Material Research Atlas of Toxic Chemical Production

Material Research L3C has launched an interactive website, materialresearch.world, which features a Global Atlas of toxic chemical production facilities and links to groundbreaking reports about them.

Founded in 2019, Material Research works with reporters, NGOs and community leaders to fill gaps in understanding toxic and unjust supply chains.

“Our mission is to gather and deliver information that unites communities around the world against toxic pollution and other injustices,” said Jim Vallette, president of the charitable and educational “low-profit” (L3C) company based in Southwest Harbor, Maine.

The Material Research Atlas of Toxic Chemical Manufacturing identifies 465 factories that it has investigated with its partners. For U.S. facilities, it provides links to greenhouse gas, toxic chemical and other EPA records and related reports.  Material Research developed the Atlas with the support of the Geographic Information Systems Laboratory at College of the Atlantic, Bar Harbor, Maine.

Vallette has noted that the Atlas is a precursor to a larger open access data initiative under development by the company and other partners.

Material Research World also features a Resources page, with links to dozens of reports by leading environmental and human rights organizations and news outlets.

Environment and Human Health, Inc. (EHHI), a non-profit organization of physicians and public health professionals, is releasing its newly published research report on the dangers of plastics and microplastics to the environment and to health. The report calls for sweeping policy initiatives that need to be enacted by international, federal, state, and city governments, as well as calling on corporations to institute new policies that will better protect the public from harmful plastic and microplastic exposures.

The Changing Markets Foundation has published 6 reports that together reveal the interconnections between fast-fashion, fossil fuels, plastics, injustice, and pollution. The reports include:

  • Synthetics Anonymous 2.0: Fashion’s persistent plastic problem (December 2022)
  • Dressed to Kill: Fashion brands’ hidden links to Russian oil in a time of war (November 2022)
  • Licence to Greenwash: How certification schemes and voluntary initiatives are fuelling fossil fashion (March 2022)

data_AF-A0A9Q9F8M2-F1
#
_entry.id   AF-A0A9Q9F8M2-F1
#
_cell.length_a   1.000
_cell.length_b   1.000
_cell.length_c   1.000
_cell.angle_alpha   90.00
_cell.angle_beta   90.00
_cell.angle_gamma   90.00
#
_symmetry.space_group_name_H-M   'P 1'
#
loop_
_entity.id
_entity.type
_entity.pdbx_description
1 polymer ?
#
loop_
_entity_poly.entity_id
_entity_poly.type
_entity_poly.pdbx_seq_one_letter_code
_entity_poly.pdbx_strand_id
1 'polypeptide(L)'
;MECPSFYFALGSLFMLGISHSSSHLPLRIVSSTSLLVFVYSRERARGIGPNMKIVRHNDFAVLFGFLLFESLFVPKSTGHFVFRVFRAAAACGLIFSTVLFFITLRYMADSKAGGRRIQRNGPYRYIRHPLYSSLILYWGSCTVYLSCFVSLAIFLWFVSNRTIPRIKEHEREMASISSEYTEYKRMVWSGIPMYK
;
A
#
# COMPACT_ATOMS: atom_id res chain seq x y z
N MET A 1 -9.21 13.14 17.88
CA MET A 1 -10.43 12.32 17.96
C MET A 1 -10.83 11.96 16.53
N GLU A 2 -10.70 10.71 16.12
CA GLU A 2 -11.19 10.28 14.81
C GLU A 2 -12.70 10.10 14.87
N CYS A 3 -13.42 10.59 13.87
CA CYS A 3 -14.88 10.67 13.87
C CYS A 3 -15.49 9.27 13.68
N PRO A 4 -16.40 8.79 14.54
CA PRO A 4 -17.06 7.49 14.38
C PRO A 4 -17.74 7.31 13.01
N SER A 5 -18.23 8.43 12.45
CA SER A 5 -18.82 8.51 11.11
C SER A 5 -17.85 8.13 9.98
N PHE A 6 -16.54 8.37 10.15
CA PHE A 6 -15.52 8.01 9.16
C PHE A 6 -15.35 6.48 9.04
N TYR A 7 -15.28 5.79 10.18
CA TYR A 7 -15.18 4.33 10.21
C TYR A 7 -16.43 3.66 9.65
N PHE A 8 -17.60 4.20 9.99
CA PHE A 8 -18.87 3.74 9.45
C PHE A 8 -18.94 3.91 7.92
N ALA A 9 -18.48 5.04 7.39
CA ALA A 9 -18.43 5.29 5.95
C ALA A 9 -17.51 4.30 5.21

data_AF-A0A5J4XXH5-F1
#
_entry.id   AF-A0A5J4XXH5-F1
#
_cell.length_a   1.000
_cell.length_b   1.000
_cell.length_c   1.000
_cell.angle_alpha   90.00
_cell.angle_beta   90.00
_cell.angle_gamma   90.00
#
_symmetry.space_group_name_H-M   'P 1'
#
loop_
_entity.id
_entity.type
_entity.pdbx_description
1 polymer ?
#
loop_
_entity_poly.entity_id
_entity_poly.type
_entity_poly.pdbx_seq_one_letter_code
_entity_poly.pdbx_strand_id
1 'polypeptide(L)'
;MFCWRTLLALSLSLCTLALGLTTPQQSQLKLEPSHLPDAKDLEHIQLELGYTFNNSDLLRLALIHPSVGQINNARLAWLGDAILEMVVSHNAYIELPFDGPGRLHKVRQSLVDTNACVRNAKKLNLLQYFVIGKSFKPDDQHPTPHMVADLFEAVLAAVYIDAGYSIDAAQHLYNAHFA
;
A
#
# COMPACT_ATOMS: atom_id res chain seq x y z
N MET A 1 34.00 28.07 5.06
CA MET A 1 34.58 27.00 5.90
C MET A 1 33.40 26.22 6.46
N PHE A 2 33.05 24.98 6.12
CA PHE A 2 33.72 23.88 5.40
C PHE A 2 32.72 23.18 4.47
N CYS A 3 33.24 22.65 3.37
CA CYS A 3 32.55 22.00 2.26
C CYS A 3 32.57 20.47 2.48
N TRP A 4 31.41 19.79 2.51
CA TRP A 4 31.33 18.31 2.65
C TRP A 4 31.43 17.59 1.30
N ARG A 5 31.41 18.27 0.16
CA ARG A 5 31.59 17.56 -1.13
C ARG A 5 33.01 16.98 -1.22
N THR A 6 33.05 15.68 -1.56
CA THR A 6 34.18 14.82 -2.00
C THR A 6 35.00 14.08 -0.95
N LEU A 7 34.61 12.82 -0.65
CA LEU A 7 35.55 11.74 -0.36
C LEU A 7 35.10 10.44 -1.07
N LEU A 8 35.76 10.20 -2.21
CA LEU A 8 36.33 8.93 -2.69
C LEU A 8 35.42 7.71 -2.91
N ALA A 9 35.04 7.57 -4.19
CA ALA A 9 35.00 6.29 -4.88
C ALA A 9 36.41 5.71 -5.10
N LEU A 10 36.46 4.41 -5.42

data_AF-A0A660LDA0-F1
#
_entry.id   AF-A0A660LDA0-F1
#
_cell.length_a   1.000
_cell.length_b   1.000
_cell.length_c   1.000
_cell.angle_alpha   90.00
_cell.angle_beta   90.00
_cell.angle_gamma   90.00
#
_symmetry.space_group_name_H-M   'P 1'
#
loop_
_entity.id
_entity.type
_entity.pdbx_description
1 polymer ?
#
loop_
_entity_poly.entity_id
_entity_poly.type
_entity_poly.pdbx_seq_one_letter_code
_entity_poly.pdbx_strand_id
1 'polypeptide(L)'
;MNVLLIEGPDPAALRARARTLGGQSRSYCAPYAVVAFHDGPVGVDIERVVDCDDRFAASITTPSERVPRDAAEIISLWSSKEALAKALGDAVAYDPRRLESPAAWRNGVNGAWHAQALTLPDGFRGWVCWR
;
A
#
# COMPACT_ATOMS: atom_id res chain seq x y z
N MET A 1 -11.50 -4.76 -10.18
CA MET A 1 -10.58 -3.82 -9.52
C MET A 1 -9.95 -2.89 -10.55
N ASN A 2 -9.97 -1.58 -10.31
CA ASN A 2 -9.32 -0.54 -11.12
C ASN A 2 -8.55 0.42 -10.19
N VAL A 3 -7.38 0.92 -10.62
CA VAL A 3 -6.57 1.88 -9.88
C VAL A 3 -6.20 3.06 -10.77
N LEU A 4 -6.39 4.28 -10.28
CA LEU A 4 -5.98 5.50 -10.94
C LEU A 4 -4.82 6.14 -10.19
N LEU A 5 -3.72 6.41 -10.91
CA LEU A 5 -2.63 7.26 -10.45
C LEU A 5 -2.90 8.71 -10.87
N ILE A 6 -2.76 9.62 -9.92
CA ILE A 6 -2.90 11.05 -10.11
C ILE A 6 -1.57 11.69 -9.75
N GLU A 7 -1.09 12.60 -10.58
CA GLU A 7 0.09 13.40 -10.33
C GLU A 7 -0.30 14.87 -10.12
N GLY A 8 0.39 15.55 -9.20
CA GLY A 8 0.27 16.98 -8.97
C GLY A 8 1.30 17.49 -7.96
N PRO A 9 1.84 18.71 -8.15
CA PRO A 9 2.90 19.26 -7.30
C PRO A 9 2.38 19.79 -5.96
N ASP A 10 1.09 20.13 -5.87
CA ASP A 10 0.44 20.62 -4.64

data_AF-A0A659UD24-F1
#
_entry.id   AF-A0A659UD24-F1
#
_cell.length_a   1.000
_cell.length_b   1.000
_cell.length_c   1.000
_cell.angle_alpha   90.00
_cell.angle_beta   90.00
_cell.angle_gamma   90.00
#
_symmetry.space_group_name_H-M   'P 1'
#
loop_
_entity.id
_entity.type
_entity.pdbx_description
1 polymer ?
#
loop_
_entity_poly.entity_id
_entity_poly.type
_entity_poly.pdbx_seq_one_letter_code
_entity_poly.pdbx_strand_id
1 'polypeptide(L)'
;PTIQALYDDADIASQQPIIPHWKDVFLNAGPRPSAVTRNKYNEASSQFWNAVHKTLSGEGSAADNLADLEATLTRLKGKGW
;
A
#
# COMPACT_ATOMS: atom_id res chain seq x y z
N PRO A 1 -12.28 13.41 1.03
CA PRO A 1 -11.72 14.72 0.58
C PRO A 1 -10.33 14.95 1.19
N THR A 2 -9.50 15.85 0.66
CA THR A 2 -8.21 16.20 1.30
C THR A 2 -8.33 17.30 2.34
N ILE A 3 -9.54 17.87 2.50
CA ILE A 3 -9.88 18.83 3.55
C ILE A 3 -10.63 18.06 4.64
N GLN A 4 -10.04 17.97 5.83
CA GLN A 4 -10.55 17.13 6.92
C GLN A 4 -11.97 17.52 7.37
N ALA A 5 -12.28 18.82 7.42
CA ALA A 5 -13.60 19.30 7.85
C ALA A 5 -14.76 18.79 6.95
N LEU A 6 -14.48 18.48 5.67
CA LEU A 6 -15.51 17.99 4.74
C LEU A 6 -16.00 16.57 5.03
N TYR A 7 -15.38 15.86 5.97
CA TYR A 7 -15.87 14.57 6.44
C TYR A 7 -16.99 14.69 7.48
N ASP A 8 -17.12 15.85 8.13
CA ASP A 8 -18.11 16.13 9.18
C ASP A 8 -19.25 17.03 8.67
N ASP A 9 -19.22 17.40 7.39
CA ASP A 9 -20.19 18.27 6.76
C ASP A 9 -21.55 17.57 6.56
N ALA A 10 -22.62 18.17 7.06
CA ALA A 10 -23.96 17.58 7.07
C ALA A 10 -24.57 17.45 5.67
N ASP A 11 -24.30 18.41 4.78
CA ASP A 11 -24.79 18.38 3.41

• A New Look for the Fashion Industry: EU Textile Strategy and the Crucial Role of Extended Producer Responsibility (March 2022)
  • Synthetics Anonymous: fashion brands’ addiction to fossil fuels (June 2021)
  • Fossil fashion: the hidden reliance of fast fashion on fossil fuels (February 2022)

“Advanced recycling” is not a solution to plastic pollution and isn’t measuring up to industry promises. And by definition, “advanced recycling” is not really recycling at all. Instead, it’s a strategy for fossil fuel and plastic industries to continue delaying real action on plastics. Loopholes, Injustice, & the “Advanced Recycling” Myth Report shows how plastics and fossil fuel industry lobbyists — primarily the American Chemistry Council — work to pressure state legislators to pass laws containing loopholes enabling “advanced recycling,” and perpetuating plastic pollution and injustice.

The Plastiverse is a live, crowd-sourced repository for tools, databases, protocols, and information related to micro- and macro-plastics research. Made by scientists, for scientists, as well as members of communities who are seeking ways to study plastic pollution where they live.

Plastiverse is committed to making science open and accessible to reduce institutional, economic, and logistical barriers against addressing plastic pollution globally. It provides a vast number of software, databases, methods, and other resources to enable plastic pollution research.

In the journal Nature, journalist Tosin Thompson interviews experts making strong recommendations for the global Plastics Treaty addressing pollution, and recycling, social and health implications.